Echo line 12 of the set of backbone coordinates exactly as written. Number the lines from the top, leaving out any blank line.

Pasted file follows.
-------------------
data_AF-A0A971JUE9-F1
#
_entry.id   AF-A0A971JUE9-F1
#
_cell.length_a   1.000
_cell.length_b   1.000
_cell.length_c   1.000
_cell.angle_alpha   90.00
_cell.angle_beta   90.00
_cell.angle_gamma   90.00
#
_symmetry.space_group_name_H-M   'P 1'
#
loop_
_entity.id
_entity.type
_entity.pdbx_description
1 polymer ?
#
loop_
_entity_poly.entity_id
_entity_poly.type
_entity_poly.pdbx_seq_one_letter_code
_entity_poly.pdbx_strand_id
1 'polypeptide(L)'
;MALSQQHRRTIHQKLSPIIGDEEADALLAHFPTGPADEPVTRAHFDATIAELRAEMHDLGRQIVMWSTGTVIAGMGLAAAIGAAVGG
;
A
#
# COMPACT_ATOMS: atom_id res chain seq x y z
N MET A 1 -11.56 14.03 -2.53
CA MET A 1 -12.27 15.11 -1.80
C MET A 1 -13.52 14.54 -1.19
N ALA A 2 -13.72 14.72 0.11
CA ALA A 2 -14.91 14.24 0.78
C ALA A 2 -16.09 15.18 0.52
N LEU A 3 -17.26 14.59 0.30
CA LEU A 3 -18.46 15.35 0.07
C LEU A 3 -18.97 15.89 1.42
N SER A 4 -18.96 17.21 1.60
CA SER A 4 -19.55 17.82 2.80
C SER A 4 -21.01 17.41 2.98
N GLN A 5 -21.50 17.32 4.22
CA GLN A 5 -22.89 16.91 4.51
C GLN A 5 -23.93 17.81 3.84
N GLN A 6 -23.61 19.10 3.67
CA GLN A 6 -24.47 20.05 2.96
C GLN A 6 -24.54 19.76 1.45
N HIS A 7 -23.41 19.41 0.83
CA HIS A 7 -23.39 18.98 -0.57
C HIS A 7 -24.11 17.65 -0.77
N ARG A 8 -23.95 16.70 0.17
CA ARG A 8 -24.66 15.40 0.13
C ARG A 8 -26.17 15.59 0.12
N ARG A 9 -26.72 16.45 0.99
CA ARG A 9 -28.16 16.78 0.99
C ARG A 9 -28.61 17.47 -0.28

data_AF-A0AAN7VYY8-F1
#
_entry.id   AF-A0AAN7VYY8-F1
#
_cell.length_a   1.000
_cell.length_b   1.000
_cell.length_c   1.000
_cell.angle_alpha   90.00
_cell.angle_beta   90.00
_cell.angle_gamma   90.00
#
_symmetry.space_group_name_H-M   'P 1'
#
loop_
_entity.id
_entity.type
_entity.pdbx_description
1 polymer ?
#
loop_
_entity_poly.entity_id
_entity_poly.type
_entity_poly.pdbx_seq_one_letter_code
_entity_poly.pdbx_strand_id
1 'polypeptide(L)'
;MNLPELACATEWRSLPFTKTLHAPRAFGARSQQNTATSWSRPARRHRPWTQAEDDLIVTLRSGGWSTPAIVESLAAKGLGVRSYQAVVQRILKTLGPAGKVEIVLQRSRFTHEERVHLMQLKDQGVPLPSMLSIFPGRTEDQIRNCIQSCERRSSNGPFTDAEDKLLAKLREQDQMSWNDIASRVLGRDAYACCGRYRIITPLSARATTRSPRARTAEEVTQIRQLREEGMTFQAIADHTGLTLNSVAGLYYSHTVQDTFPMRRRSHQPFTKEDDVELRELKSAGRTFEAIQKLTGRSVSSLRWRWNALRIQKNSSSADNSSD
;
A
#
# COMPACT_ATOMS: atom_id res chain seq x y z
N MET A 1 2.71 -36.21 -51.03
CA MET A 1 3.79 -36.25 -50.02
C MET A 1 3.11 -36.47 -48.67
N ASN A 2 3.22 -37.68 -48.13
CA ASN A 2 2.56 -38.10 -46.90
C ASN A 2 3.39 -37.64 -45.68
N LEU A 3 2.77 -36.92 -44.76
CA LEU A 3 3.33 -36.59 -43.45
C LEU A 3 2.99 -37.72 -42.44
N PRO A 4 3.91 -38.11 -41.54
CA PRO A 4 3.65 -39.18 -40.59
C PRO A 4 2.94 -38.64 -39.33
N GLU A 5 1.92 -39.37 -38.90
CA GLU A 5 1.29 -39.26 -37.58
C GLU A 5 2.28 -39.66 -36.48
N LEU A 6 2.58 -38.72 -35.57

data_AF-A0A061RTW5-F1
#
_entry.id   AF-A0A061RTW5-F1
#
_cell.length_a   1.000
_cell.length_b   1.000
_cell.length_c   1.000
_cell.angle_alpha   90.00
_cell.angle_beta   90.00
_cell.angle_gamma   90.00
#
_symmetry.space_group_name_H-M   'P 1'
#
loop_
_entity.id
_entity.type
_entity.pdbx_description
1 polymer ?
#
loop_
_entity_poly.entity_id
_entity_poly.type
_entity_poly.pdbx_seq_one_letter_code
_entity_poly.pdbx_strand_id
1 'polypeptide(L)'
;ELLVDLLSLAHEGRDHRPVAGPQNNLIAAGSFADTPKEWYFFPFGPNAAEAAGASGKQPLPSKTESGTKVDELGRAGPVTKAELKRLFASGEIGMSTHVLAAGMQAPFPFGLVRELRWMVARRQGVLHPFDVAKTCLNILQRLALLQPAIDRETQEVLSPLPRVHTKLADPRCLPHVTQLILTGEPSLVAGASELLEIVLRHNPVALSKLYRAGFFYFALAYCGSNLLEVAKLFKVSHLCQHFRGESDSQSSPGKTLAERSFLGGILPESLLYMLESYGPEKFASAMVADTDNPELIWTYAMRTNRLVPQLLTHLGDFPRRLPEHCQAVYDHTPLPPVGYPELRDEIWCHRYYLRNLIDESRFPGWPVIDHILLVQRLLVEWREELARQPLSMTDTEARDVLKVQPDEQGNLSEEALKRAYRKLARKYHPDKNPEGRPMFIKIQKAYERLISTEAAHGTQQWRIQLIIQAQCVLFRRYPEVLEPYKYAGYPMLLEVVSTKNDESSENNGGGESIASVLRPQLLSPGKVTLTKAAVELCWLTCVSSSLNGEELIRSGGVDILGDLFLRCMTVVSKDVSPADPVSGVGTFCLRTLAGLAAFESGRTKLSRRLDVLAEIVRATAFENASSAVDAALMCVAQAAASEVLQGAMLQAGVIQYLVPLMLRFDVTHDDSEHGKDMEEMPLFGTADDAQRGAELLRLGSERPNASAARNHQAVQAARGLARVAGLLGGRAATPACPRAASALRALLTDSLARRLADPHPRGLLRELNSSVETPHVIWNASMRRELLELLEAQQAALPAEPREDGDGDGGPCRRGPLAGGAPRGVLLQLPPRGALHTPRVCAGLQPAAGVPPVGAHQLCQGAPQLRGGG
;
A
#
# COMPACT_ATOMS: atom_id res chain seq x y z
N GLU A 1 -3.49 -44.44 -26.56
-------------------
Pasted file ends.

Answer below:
_symmetry.space_group_name_H-M   'P 1'